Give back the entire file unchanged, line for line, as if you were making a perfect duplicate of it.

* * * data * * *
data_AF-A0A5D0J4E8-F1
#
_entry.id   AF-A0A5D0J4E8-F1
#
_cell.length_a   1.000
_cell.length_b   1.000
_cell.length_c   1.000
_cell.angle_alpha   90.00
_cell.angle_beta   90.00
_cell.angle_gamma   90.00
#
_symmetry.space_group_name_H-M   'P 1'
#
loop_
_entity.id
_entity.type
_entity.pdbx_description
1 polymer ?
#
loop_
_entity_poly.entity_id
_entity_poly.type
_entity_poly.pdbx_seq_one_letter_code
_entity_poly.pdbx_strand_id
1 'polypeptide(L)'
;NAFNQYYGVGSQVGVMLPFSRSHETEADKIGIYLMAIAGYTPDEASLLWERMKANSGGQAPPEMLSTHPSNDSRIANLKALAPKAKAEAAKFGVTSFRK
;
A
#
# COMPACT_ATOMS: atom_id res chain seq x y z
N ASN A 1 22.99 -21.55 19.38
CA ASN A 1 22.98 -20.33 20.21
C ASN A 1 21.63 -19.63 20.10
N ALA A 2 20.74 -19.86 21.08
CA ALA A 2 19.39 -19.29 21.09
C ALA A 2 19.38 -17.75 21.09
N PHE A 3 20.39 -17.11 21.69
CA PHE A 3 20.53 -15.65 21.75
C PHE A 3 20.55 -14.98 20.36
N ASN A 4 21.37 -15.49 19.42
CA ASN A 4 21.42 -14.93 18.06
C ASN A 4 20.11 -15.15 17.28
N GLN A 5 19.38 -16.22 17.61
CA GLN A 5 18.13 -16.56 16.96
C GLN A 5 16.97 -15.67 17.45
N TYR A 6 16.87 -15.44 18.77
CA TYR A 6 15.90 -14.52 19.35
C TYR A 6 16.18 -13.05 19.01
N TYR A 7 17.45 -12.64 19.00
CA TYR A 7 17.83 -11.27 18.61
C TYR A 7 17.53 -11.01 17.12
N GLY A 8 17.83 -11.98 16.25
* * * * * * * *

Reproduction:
data_AF-A0A5D0J4E8-F1
#
_entry.id   AF-A0A5D0J4E8-F1
#
_cell.length_a   1.000
_cell.length_b   1.000
_cell.length_c   1.000
_cell.angle_alpha   90.00
_cell.angle_beta   90.00
_cell.angle_gamma   90.00
#
_symmetry.space_group_name_H-M   'P 1'
#
loop_
_entity.id
_entity.type
_entity.pdbx_description
1 polymer ?
#
loop_
_entity_poly.entity_id
_entity_poly.type
_entity_poly.pdbx_seq_one_letter_code
_entity_poly.pdbx_strand_id
1 'polypeptide(L)'
;NAFNQYYGVGSQVGVMLPFSRSHETEADKIGIYLMAIAGYTPDEASLLWERMKANSGGQAPPEMLSTHPSNDSRIANLKALAPKAKAEAAKFGVTSFRK
;
A
#
# COMPACT_ATOMS: atom_id res chain seq x y z
N ASN A 1 22.99 -21.55 19.38
CA ASN A 1 22.98 -20.33 20.21
C ASN A 1 21.63 -19.63 20.10
N ALA A 2 20.74 -19.86 21.08
CA ALA A 2 19.39 -19.29 21.09
C ALA A 2 19.38 -17.75 21.09
N PHE A 3 20.39 -17.11 21.69
CA PHE A 3 20.53 -15.65 21.75
C PHE A 3 20.55 -14.98 20.36
N ASN A 4 21.37 -15.49 19.42
CA ASN A 4 21.42 -14.93 18.06
C ASN A 4 20.11 -15.15 17.28
N GLN A 5 19.38 -16.22 17.61
CA GLN A 5 18.13 -16.56 16.96
C GLN A 5 16.97 -15.67 17.45
N TYR A 6 16.87 -15.44 18.77
CA TYR A 6 15.90 -14.52 19.35
C TYR A 6 16.18 -13.05 19.01
N TYR A 7 17.45 -12.64 19.00
CA TYR A 7 17.83 -11.27 18.61
C TYR A 7 17.53 -11.01 17.12
N GLY A 8 17.83 -11.98 16.25